John R. “Rick” MacArthur is the president and publisher of Harper’s magazine and the board chairman of the Harper’s Magazine Foundation, which owns the periodical as well as the Harpers.org website and the closely-linked book publisher, Franklin Square Press.
Born in New York City on June 4, 1956, MacArthur grew up in the wealthy Chicago suburb of Winnetka, Illinois. His great-uncle Charles MacArthur co-wrote with Ben Hecht the famous Broadway comedy about tabloid newspaper reporters, The Front Page. Rick’s father, Roderick MacArthur, became a millionaire through ownership of the Bradford Exchange and Hammacher Schlemmer stores. Politically, Roderick was far to the left of his own father (Rick’s grandfather), the billionaire real-estate and insurance tycoon John D. MacArthur, and was disinherited. “We were a liberal, pro-civil rights, anti-Vietnam War family,” Rick told one interviewer. “My mother’s foreign [French], my father’s left-wing. We didn’t involve ourselves in the same activities as the WASP Republicans.”
At age 12, Rick MacArthur worked zealously for the 1968 presidential campaign of Democrat Eugene McCarthy. In his teens, he worked for the campaigns of presidential hopeful George McGovern and congressman Abner Mikva. And in 1978 MacArthur graduated from Columbia University with a B.A. in history.
After completing his education, MacArthur worked as a reporter for The Wall Street Journal (1977), the Washington Star (1978), The Bergen Record (1978-79), and the Chicago Sun-Times (1979-82). He was also an assistant foreign editor at United Press International in 1982.
In 1980, MacArthur and his father persuaded the boards of the MacArthur Foundation and the Atlantic Richfield Company to create and fund a Harper’s Magazine Foundation, which purchased the nearly insolvent Harper’s magazine for $250,000. With his father’s help, Rick maneuvered to take control of this new Foundation. When Rick became the president and publisher of Harper’s in 1983, he reinstalled its previously-fired editor, Lewis H. Lapham, and together they reshaped the magazine in 1985 into one that featured shorter articles and quotable features such as the “Harper’s Index” of odd facts.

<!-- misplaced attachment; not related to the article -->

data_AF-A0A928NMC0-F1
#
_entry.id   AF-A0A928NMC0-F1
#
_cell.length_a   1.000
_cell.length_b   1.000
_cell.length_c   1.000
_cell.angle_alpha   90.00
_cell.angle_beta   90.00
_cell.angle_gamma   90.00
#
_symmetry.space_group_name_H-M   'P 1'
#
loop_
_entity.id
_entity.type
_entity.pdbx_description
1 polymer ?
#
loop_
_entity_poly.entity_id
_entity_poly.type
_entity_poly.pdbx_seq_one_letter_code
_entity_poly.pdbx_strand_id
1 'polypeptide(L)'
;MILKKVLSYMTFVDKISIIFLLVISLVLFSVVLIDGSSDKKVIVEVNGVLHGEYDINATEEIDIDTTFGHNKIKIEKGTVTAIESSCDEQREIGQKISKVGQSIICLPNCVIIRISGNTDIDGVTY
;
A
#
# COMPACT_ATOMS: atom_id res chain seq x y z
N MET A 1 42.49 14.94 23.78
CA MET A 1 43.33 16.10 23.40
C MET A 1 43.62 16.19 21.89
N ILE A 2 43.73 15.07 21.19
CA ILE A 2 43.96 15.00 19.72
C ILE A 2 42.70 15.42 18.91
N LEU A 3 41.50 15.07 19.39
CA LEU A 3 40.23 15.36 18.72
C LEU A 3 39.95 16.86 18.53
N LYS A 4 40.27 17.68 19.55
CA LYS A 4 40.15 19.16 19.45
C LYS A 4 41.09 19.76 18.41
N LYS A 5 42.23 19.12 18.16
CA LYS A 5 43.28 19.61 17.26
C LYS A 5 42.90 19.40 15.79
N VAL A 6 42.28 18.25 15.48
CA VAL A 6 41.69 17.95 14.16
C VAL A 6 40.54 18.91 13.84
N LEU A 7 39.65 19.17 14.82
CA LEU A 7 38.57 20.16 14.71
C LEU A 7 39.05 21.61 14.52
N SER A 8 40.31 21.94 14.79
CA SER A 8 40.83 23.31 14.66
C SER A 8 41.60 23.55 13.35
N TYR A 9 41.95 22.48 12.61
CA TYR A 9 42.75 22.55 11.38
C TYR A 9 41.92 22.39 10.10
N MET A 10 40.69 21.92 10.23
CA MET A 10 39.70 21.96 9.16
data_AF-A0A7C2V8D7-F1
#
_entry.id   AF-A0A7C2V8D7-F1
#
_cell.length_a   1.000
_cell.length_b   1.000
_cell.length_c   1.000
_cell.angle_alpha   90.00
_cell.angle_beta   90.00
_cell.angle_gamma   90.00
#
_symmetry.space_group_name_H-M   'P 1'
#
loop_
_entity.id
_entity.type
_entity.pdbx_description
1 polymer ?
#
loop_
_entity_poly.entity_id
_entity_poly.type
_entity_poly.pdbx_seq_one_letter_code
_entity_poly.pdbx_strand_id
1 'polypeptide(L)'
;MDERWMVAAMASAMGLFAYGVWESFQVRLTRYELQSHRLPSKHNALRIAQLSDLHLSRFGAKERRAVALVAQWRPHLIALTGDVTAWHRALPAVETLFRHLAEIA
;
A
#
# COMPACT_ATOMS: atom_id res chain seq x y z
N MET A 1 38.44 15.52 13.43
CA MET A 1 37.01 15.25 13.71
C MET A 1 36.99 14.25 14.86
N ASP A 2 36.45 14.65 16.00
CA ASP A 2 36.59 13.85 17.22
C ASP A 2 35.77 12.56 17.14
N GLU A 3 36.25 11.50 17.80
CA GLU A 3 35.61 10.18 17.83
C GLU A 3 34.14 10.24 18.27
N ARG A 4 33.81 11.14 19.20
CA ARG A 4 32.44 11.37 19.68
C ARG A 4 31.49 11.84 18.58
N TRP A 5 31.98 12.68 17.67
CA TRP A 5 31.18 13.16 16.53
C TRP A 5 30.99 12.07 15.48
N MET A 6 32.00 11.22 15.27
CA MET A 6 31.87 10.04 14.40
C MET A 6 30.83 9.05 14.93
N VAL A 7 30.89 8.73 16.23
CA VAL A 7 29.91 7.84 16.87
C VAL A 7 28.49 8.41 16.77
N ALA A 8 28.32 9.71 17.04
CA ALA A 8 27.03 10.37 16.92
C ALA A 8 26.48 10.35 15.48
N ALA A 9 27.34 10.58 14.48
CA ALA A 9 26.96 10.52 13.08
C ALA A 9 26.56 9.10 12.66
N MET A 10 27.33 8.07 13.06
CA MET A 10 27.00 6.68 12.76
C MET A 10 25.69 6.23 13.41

Along with members of his family, Rick MacArthur in 1987 established “Article 19, The International Center on Censorship,” an organization that seeks to promote people’s “right to express and disseminate opinions.”
In 1990 MacArthur founded the Death Penalty Information Center, which uses research reports and statistics to discredit the use of capital punishment.
As a reporter during the First Gulf War in 1991, MacArthur broke the story that the young woman who had famously accused Saddam Hussein‘s troops of stealing Kuwaiti hospital incubators (and discarding the babies kept alive in them), was the daughter of a Kuwaiti diplomat making anti-Iraq propaganda.
MacArthur has long despised the Internet and its influence on the publishing industry. In December 2010, for instance, he asserted that the Internet “wasn’t much more than a gigantic, underthinking Xerox machine (albeit with inhuman ‘memory’), and thus posed the same old threat to copyright and to the livelihoods of writers and publishers alike.” In May 2012, he added: “The recent Internet-and-conglomerate-driven decline of publishing has reduced book advances and promotions, especially for mid-list authors. If you want to get your book on prime-time TV or radio, you had better be ready to dumb down your message and round off your edges.” Because of his negative feelings regarding the Internet, MacArthur was reluctant to give Harper’s a web presence; even after he did (in 2004), readers could not access any of the publication’s articles unless they first subscribed to the physical magazine. Today, readers can access a small handful of articles for free each month, before they are required to subscribe in order to read more.
For many years, MacArthur was a board-of-trustees member of the Columbia University student newspaper, The Spectator. But in April 2014, he resigned from the board to protest its decision adopt a “web-first” (as opposed to a print-edition-first) format.
In addition to his writings for Harper’s, MacArthur has contributed extensively to other left-wing publications such as Common Dreams, the Huffington Post, In These Times, The Nation, the Spectator (U.K.), the Toronto Star, Le Monde Diplomatique, and Le Monde. From 2013-15, he wrote a monthly column for the Providence Journal. He currently writes a monthly column, in French, for Le Devoir on topics ranging from politics to culture.
MacArthur once described himself as a “naive liberal” regarding politics. An ardent foe of the death penalty and a booster of many leftist causes, he is the author of four books: Second Front: Censorship and Propaganda in the Gulf War (1993, 2004); The Selling of “Free Trade”: NAFTA, Washington and the Subversion of American Democracy (2000); You Can’t Be President: The Outrageous Barriers to Democracy in America (2008, 2012); and L’Illusion Obama (published in France and Canada, 2012).
Aside from his aforementioned pursuits, MacArthur also served a stint as a board member of the Roderick and Solange MacArthur Justice Center, which contends that the American criminal-justice is awash in inequities targeting nonwhites and poor people. Today he is a Board of Directors member with the Author’s Guild.
For additional information on Rick MacArthur, click here.
Further Reading: “John R. MacArthur” (HuffingtonPost.com); “Rick MacArthur ’78: Maverick Journalist” (Columbia College Today, May 2003); “How PR Sold the War in the Persian Gulf” (PR Watch); “A Brief History of John R. MacArthur Hating the Internet” (NYMag.com, 1-18-2013); “I Won’t Hug This [Digital] File — I Won’t Even Call It My Friend” (by John R. MacArthur, Harper’s, 12-13-2010); “Harper’s Publisher Rick MacArthur Quits Columbia Spectator Board Because the Internet” (NYMag.com, 4-29-2014).